Vou estar contando uma história pra vocês…

Minha colega Patricia Loreto, da Dialeto Traduções, foi mais uma vítima do gerundismo ao dialogar com o telemarketing da empresa da operadora de TV:

Atendente da OiTv: Senhora, vou estar passando seu problema para minha supervisora e ela vai estar te ligando para estar resolvendo essa questão.
Patricia: Moça, o correto é dizer que você VAI PASSAR meu caso para sua supervisora e ela VAI me LIGAR para RESOLVER essa questão…

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Business grants to export to Brazil

A hot market that has been on everybody’s radar recently, Brazil has a large and diversified economy. According to export.gov, top US export prospects to Brazil include:

Finding solid, reliable information on Brazil

I’ll admit, I half enjoyed it, half smirked when I saw The Economist’s latest story, Comparing Brazilian states with countries: Brazilian equivalents. For one, The Economist has undeniably been at the forefront of reporting on Brazil before it was even fashionable. At the end of 2009, The Economist rolled out a 14-page, well-balanced report on Brazil, called Brazil takes off, with the Christ the Redeemer taking off, reinforcing the icon as a trademark for our emerging nation. I have also enjoyed more recent stories, which have shed much needed light on topics such as best cities for  business, as in Doing business in Brazil: Rio or São Paulo? or Education in Brazil: Rio’s ace up its sleeve. But I couldn’t help questioning the logic behind aligning GDPs (also including per person gross domestic products) and population statistics with countries all over the world. As one reader comments: “Of course it’s a very ‘funny’ illustration…Brazil is a federation, and information like this is useless. We have to consider Brazil in a broad perspective, it makes all the difference if you have a united country or 27 little nations”.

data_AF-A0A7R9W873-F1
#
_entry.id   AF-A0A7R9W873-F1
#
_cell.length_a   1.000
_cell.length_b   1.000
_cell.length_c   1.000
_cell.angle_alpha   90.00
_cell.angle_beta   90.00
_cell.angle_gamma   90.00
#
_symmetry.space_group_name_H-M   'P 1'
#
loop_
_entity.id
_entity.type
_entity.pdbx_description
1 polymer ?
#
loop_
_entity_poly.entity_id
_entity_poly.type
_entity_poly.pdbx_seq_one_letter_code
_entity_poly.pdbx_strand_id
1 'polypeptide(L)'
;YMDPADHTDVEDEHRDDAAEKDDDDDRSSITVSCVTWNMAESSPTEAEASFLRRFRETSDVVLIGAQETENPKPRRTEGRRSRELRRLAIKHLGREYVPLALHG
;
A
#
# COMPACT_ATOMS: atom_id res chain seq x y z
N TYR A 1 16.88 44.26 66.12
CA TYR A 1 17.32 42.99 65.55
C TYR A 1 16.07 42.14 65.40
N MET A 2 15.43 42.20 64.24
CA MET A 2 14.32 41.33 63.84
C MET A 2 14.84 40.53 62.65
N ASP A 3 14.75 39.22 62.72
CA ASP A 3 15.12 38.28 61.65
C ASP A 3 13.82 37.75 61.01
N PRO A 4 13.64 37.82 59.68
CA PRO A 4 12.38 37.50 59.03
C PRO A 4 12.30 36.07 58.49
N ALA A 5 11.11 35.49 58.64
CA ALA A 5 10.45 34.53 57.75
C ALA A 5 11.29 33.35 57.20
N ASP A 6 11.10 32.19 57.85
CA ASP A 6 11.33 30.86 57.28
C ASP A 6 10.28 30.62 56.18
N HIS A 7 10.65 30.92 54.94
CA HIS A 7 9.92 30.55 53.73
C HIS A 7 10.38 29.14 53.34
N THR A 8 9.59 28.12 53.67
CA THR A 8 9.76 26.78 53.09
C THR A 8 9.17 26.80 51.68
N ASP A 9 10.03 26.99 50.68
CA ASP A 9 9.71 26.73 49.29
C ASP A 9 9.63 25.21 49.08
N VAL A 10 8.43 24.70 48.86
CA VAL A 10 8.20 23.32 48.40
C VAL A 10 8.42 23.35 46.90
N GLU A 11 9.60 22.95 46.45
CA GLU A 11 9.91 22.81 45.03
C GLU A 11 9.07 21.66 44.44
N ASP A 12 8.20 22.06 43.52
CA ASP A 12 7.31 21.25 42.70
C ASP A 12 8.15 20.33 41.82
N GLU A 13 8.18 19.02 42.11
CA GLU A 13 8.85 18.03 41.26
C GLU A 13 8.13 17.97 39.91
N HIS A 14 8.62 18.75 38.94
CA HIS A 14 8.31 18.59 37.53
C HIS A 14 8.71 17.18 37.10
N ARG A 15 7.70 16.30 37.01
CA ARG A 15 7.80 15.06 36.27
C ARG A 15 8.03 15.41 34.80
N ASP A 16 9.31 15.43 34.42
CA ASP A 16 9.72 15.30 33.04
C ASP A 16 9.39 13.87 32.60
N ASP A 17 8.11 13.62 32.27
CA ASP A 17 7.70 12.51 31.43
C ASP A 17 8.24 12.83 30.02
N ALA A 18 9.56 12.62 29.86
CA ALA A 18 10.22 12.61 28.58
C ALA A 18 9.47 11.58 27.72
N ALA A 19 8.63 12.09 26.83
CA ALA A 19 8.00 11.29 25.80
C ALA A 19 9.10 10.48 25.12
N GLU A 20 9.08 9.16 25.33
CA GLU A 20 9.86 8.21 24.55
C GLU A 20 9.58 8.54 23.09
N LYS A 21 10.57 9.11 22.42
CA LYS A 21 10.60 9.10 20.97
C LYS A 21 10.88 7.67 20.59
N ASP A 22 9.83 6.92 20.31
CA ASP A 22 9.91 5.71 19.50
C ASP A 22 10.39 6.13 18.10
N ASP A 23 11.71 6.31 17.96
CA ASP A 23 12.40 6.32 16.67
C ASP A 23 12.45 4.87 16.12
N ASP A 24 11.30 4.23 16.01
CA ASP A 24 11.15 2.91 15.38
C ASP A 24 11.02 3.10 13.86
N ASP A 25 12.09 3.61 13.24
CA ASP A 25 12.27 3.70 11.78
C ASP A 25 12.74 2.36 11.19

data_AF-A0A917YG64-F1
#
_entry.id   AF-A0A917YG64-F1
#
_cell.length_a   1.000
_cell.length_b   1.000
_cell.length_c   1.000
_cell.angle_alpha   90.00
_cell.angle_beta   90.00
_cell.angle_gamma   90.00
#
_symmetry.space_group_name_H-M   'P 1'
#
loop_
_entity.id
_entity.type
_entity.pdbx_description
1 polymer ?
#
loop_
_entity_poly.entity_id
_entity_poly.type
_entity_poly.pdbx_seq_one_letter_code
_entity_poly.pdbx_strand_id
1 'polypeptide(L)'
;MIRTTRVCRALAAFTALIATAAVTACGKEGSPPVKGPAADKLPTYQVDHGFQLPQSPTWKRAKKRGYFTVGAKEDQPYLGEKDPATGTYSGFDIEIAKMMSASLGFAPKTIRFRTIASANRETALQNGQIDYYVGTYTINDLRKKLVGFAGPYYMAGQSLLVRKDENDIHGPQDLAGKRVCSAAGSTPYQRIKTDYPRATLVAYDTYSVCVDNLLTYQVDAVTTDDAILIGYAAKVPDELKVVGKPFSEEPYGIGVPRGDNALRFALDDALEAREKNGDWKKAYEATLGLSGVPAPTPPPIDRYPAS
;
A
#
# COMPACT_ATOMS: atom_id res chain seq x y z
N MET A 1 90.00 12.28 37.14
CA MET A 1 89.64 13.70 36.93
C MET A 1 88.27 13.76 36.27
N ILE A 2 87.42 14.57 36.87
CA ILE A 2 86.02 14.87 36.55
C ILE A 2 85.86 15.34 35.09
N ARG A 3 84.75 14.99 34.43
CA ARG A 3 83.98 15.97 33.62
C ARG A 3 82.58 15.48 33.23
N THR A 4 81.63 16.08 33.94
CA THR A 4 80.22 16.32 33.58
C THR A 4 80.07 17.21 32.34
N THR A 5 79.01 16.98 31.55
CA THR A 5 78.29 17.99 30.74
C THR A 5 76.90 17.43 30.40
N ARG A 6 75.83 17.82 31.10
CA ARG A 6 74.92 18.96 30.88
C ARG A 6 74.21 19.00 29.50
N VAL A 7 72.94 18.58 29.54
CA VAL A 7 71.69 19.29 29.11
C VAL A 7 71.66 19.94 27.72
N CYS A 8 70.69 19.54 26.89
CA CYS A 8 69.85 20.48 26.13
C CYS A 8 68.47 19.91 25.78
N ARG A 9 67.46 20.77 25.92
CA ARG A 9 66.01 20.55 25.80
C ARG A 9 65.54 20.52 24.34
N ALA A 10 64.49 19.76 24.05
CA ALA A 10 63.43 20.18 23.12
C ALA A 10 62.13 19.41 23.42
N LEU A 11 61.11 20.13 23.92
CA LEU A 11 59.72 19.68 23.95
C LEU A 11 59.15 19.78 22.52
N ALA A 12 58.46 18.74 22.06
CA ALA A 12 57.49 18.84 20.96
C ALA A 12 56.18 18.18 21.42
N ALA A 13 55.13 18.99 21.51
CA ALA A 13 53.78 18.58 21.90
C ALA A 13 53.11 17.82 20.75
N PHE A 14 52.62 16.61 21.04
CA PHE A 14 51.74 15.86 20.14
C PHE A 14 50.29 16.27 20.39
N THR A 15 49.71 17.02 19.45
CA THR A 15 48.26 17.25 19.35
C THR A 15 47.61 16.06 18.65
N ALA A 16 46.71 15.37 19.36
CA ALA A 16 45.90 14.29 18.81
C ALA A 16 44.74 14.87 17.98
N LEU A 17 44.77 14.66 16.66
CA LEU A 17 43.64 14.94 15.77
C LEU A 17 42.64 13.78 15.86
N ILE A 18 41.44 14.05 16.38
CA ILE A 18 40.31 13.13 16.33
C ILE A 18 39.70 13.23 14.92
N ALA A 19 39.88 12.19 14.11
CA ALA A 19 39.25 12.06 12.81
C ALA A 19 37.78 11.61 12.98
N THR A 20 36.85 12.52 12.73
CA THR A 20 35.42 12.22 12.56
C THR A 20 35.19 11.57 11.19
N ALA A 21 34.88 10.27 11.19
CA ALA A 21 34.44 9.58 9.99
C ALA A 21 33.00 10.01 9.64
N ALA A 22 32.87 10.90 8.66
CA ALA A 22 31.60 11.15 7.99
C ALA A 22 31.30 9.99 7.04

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Great News for Brazilian Literature

During a recent presentation at FLIP 2011, the International Literary Festival in Paraty, which happened on July 6-10 this year, Ana de Hollanda, the new Brazilian Minister of Culture, presented a program that will support the translation of Brazilian literary works abroad. The plan is ambitious and involves making US$ 7.6 million available to start translating great works of Brazilian literature into English and Spanish, in 10 years.

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